Governments’ “knee-jerk” reactions to the Omicron variant are putting supply chains and the workers that enable them at risk, transport leaders have warned.

The International Air Transport Association (IATA), International Chamber of Shipping (ICS), International Road Transport Union (IRU) and International Transport Workers’ Federation (ITF) published a joint release calling for cross-border transport workers—including seafarers—to be allowed to continue to do their jobs without overly restrictive travel rules.

The group said at least 56 countries had introduced travel restrictions over the latest strain of the SARS-CoV-2 coronavirus, announced a week ago as a variant of concern by the World Health Organization (WHO) and named Omicron.

The bodies called for co-ordinated action from heads of state using lessons learned over the past two years of the coronavirus pandemic to avoid putting further strain on global supply chains.

The bodies reiterated suggested measures to protect workers and supply chains put to governments in September, measures which will be discussed at a crisis meeting with the WHO and the International Labour Organization (ILO) on Monday 6th, December. The suggestions are:

  • Guarantee the free and safe movement of transport workers
  • Prioritise transport workers to receive WHO-recognised vaccines.
  • To adopt lasting travel and health protocols developed by industry for seafarers, drivers and air crew, as endorsed by WHO, ILO, IMO and ICAO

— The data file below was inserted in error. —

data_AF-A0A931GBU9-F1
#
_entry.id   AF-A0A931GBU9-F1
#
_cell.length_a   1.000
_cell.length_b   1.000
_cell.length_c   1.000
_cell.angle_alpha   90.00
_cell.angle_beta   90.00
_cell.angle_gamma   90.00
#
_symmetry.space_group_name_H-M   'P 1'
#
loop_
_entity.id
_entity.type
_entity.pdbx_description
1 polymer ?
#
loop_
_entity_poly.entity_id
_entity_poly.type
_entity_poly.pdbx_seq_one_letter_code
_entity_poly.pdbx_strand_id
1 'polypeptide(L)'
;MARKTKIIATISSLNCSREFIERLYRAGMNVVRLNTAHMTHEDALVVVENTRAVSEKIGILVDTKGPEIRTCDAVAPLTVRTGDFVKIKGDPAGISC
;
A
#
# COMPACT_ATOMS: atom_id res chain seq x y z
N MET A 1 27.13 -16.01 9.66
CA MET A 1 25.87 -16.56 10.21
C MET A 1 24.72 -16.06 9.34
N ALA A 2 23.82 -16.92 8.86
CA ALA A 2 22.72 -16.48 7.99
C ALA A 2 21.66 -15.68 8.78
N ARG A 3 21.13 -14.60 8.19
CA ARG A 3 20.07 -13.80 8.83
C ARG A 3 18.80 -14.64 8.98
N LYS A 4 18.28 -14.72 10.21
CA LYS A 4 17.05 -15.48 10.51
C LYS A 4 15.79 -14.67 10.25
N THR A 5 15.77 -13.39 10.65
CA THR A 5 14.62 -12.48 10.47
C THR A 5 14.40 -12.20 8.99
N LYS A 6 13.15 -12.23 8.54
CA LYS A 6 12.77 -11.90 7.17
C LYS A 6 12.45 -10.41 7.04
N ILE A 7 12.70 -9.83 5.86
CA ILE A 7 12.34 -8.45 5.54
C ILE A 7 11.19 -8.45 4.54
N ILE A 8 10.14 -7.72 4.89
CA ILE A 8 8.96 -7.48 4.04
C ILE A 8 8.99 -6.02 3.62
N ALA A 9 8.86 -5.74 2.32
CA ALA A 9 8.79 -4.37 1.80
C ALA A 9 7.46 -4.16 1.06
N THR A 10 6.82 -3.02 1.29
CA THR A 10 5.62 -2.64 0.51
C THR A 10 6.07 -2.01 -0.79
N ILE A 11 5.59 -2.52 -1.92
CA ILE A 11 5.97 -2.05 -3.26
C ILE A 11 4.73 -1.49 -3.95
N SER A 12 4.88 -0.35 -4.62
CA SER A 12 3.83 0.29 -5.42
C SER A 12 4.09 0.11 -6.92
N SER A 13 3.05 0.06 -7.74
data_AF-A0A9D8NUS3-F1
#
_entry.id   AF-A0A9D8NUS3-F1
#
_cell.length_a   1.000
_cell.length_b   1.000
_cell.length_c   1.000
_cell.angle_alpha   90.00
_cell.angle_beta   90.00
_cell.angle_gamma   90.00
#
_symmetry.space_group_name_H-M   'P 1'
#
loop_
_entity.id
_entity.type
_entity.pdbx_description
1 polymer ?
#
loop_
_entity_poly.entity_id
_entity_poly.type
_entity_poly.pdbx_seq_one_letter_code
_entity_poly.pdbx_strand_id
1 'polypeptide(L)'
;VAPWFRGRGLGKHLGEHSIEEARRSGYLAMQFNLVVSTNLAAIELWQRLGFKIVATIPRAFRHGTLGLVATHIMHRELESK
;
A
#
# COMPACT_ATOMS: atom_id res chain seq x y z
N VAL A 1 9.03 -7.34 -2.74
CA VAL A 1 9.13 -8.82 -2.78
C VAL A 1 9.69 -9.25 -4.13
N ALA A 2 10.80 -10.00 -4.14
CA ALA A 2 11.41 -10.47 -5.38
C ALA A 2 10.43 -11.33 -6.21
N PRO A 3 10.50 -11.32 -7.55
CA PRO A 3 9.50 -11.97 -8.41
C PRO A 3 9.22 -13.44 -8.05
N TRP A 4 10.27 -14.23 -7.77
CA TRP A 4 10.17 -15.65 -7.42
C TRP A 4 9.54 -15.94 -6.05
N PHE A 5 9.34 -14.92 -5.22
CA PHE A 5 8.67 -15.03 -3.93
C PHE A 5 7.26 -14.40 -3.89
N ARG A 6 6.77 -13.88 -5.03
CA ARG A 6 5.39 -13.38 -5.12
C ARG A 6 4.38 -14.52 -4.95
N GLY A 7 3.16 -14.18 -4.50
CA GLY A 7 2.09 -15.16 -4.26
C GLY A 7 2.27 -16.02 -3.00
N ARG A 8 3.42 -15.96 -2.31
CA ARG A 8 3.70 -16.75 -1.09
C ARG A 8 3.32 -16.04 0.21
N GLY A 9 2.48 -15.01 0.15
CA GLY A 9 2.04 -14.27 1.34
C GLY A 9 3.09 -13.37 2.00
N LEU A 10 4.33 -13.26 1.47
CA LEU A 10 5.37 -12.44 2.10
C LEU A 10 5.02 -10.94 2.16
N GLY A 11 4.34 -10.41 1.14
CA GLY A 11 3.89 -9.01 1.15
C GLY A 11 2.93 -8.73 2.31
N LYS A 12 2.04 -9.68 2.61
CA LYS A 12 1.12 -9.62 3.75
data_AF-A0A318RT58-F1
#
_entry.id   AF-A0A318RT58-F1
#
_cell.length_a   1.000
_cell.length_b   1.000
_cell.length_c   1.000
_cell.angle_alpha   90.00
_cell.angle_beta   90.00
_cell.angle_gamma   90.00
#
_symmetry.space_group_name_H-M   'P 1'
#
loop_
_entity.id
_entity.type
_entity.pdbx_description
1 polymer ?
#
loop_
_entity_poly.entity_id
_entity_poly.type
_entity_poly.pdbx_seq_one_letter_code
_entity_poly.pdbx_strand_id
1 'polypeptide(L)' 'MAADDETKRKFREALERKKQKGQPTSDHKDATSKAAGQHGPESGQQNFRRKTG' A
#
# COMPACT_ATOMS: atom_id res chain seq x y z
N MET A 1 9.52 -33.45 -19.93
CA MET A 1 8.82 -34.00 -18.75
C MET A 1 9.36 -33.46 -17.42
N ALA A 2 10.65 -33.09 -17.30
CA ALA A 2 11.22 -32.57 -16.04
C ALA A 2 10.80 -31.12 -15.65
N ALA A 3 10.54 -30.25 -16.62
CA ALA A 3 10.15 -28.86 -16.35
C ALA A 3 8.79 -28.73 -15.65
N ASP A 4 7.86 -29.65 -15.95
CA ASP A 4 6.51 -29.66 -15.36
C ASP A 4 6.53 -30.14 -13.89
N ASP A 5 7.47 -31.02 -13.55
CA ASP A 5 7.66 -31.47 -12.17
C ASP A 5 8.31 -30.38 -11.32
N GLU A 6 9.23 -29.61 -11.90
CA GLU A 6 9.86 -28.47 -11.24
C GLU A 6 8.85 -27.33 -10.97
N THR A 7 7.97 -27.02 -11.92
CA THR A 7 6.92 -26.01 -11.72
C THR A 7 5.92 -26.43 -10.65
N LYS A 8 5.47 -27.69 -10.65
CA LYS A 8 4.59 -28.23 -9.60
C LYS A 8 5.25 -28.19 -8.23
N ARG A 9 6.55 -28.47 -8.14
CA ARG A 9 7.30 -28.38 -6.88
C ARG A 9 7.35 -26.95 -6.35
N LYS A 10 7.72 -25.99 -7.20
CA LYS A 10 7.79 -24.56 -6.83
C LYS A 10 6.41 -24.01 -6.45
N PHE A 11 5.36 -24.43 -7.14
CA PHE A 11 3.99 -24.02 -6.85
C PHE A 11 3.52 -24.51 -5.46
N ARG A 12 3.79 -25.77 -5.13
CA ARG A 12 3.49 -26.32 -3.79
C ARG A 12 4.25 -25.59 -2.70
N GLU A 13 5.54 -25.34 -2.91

• To create globally harmonised, digital, mutually-recognised vaccination certificates and processes for demonstrating health credentials (including vaccination status and COVID-19 test results), which are paramount to ensure transport workers can cross international borders.
  • Increase global vaccine supply by all means at our disposal in order to expedite the recovery of our industries.

For the maritime industry, the fear is an escalation of a situation known as the crew change crisis, which has varied in severity during the course of the pandemic. As borders were closed and travel restrictions were brought in, many seafarers found themselves unable to travel to or from vessels, leading to long stays working on vessels beyond their contracts and beyond legal limits.

Working conditions were made worse by crews being unable to go ashore for leisure or for access to emergency medical care in some cases. Access to vaccines has brought further complications.

Guy Platten, Secretary General, International Chamber of Shipping said: “This feels like Groundhog Day for our transport sectors. There is a real and legitimate fear that unless coordinated action is taken by world leaders, we will see a return to the peak of the crew change crisis in 2020 where more than 400,000 seafarers were impacted by unnecessarily harsh travel restrictions.

“Our transport workers have worked tirelessly for the past two years throughout the pandemic to keep the global supply chain moving, and they are at breaking point. December is traditionally a busy time for seafarers returning home to their families and governments owe them the chance to spend that time with their loved ones.”

Stephen Cotton, General Secretary, ITF, said: “The same governments that have blocked global vaccine access are now the first to lock down their borders to keep the Omicron variant out. Instead of pursuing a global solution to this pandemic, their decisions further risk supply chain collapse. It’s not only morally reprehensible, it’s economic self-destruction. We need universal access to vaccines now. It’s imperative for all of us to tell governments to stop bowing down to big pharma and pave the way so that every country can produce the vaccines needed to end this pandemic.”

Source: Seatrade Maritime News